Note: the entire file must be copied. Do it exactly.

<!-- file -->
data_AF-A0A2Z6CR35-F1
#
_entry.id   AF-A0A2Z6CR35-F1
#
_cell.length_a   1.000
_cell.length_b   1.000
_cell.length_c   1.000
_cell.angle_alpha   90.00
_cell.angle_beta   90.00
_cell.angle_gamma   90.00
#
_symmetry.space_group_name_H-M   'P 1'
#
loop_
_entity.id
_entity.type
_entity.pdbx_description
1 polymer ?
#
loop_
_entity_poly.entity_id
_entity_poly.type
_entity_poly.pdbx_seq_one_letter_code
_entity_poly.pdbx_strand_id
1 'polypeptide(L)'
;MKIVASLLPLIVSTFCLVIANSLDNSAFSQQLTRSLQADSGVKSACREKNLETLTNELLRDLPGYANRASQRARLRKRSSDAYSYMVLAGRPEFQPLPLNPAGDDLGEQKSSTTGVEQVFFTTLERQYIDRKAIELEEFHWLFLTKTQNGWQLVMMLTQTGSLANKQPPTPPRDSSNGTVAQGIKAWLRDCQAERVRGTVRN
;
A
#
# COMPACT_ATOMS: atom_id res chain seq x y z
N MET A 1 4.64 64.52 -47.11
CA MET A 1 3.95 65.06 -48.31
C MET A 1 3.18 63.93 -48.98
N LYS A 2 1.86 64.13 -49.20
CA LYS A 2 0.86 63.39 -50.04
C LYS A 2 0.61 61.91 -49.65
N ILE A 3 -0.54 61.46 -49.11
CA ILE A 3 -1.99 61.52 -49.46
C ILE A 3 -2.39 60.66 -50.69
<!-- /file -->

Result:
data_AF-A0A2Z6CR35-F1
#
_entry.id   AF-A0A2Z6CR35-F1
#
_cell.length_a   1.000
_cell.length_b   1.000
_cell.length_c   1.000
_cell.angle_alpha   90.00
_cell.angle_beta   90.00
_cell.angle_gamma   90.00
#
_symmetry.space_group_name_H-M   'P 1'
#
loop_
_entity.id
_entity.type
_entity.pdbx_description
1 polymer ?
#
loop_
_entity_poly.entity_id
_entity_poly.type
_entity_poly.pdbx_seq_one_letter_code
_entity_poly.pdbx_strand_id
1 'polypeptide(L)'
;MKIVASLLPLIVSTFCLVIANSLDNSAFSQQLTRSLQADSGVKSACREKNLETLTNELLRDLPGYANRASQRARLRKRSSDAYSYMVLAGRPEFQPLPLNPAGDDLGEQKSSTTGVEQVFFTTLERQYIDRKAIELEEFHWLFLTKTQNGWQLVMMLTQTGSLANKQPPTPPRDSSNGTVAQGIKAWLRDCQAERVRGTVRN
;
A
#
# COMPACT_ATOMS: atom_id res chain seq x y z
N MET A 1 4.64 64.52 -47.11
CA MET A 1 3.95 65.06 -48.31
C MET A 1 3.18 63.93 -48.98
N LYS A 2 1.86 64.13 -49.20
CA LYS A 2 0.86 63.39 -50.04
C LYS A 2 0.61 61.91 -49.65
N ILE A 3 -0.54 61.46 -49.11
CA ILE A 3 -1.99 61.52 -49.46
C ILE A 3 -2.39 60.66 -50.69